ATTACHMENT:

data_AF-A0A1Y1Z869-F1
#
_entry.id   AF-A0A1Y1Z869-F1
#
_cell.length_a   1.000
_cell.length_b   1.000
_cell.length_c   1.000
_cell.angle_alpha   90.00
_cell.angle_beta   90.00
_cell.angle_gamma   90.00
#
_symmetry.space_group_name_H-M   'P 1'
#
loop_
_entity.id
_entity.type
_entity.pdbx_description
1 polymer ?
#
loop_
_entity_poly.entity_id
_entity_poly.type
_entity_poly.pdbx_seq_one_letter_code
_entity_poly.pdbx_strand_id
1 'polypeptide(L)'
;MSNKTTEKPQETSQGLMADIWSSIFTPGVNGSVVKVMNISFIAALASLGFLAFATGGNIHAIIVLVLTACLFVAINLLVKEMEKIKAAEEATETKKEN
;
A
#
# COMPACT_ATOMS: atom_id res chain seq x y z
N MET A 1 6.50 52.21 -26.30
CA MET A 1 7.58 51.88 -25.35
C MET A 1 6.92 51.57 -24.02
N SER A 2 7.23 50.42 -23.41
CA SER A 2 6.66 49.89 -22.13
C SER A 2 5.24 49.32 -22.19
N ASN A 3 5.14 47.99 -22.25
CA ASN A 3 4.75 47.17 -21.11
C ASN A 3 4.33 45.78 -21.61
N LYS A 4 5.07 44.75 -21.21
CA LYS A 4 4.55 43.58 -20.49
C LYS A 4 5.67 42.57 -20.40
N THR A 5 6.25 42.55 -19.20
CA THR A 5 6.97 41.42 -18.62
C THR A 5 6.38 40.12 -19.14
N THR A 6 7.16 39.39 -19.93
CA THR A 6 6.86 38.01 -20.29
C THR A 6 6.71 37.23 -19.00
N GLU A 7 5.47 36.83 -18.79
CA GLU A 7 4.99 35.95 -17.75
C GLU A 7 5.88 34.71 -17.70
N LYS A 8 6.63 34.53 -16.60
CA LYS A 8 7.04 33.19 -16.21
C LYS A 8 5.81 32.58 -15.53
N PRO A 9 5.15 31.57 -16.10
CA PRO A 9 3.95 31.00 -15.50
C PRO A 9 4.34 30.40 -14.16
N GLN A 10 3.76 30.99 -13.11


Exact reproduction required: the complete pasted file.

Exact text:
data_AF-A0A1Y1Z869-F1
#
_entry.id   AF-A0A1Y1Z869-F1
#
_cell.length_a   1.000
_cell.length_b   1.000
_cell.length_c   1.000
_cell.angle_alpha   90.00
_cell.angle_beta   90.00
_cell.angle_gamma   90.00
#
_symmetry.space_group_name_H-M   'P 1'
#
loop_
_entity.id
_entity.type
_entity.pdbx_description
1 polymer ?
#
loop_
_entity_poly.entity_id
_entity_poly.type
_entity_poly.pdbx_seq_one_letter_code
_entity_poly.pdbx_strand_id
1 'polypeptide(L)'
;MSNKTTEKPQETSQGLMADIWSSIFTPGVNGSVVKVMNISFIAALASLGFLAFATGGNIHAIIVLVLTACLFVAINLLVKEMEKIKAAEEATETKKEN
;
A
#
# COMPACT_ATOMS: atom_id res chain seq x y z
N MET A 1 6.50 52.21 -26.30
CA MET A 1 7.58 51.88 -25.35
C MET A 1 6.92 51.57 -24.02
N SER A 2 7.23 50.42 -23.41
CA SER A 2 6.66 49.89 -22.13
C SER A 2 5.24 49.32 -22.19
N ASN A 3 5.14 47.99 -22.25
CA ASN A 3 4.75 47.17 -21.11
C ASN A 3 4.33 45.78 -21.61
N LYS A 4 5.07 44.75 -21.21
CA LYS A 4 4.55 43.58 -20.49
C LYS A 4 5.67 42.57 -20.40
N THR A 5 6.25 42.55 -19.20
CA THR A 5 6.97 41.42 -18.62
C THR A 5 6.38 40.12 -19.14
N THR A 6 7.16 39.39 -19.93
CA THR A 6 6.86 38.01 -20.29
C THR A 6 6.71 37.23 -19.00
N GLU A 7 5.47 36.83 -18.79
CA GLU A 7 4.99 35.95 -17.75
C GLU A 7 5.88 34.71 -17.70
N LYS A 8 6.63 34.53 -16.60
CA LYS A 8 7.04 33.19 -16.21
C LYS A 8 5.81 32.58 -15.53
N PRO A 9 5.15 31.57 -16.10
CA PRO A 9 3.95 31.00 -15.50
C PRO A 9 4.34 30.40 -14.16
N GLN A 10 3.76 30.99 -13.11